In five volumes or less?
It’s a whole different approach. The West wants detail and precise statements; the East is quite happy with mystery.
Some of my favorite examples:
- If given a list of choices, the Western theologian will tell you at exactly what point the bread & wine become the Body & Blood. Offered the same list, the Eastern will reply, “yes”
- The west approaches sin in a “judicial” manner; the east in a medical manner
- The west imposes a duty to attend its liturgy under penalty of sin; the East agrees that you are obligated–not out of sin, but obligated in the same way that we are obligated to breathe, as we can’t survive without it. . .
And since you asked so nicely, you get the premiere of my new example that I’ve been contemplating regarding the Filioque :)
The greek of the creed uses a verb meaning “proceeds in origin”, one of a half dozen or so that translate to the latin/english “proceed”. (yes, the Filioque is a linguistic problem, not a theological one :bang_head:)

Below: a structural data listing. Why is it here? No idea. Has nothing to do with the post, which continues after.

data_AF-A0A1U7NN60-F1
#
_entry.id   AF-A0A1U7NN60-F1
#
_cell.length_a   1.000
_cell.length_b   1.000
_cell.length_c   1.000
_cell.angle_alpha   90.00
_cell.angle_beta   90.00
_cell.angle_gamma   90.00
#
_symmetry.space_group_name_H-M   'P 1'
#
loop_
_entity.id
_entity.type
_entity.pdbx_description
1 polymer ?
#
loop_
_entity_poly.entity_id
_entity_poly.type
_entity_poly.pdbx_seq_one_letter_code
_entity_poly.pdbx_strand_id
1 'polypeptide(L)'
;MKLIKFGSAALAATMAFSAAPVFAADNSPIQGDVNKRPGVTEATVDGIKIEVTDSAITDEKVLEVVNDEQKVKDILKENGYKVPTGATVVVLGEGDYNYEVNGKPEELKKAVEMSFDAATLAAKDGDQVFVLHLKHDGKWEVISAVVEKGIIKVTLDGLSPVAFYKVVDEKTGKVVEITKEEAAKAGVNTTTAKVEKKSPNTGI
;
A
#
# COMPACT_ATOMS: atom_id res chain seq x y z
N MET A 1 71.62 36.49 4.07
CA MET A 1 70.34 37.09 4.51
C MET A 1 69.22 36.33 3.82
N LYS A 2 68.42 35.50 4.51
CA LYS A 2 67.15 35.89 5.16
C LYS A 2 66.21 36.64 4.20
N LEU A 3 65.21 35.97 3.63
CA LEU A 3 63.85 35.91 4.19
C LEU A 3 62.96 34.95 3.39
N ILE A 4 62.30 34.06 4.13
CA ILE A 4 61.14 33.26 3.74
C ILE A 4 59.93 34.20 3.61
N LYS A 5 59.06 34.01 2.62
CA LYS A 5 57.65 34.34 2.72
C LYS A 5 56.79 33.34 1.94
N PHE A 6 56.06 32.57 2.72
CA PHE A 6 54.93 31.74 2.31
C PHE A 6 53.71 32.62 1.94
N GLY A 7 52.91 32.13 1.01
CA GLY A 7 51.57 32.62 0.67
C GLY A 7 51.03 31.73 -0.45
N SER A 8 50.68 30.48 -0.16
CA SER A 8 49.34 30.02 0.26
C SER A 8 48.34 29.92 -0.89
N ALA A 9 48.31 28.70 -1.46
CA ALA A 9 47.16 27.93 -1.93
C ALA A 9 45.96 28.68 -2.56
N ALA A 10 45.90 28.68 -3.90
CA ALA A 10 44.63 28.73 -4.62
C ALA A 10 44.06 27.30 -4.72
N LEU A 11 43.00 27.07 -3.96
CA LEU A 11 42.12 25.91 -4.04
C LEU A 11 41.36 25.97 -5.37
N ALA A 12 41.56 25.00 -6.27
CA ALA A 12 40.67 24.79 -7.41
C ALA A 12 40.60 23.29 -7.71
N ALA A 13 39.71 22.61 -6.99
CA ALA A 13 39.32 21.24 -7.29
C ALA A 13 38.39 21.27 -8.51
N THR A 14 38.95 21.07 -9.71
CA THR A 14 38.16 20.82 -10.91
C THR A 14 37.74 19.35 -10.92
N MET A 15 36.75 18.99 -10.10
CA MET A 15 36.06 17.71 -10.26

Anyway, suppose a language with a single verb “traverse” that includes walking, running, swimming, riding on animal or vehicle, etc.
Now make a statement of faith about Peter and Christ. The walking would translate to, “Peter traversed the water towards Jesus.”
It absolutely fits our understanding.
Now suppose that the people speaking that language note that the other apostles were going that way, too, in the boat. Using their language, they state that , “Peter and the other Apostles traversed the water towards Jesus.”
Absolutely correct in their language–but translate it back to Latin or English, and everyone in site will blow a gasket (and justifiably so!).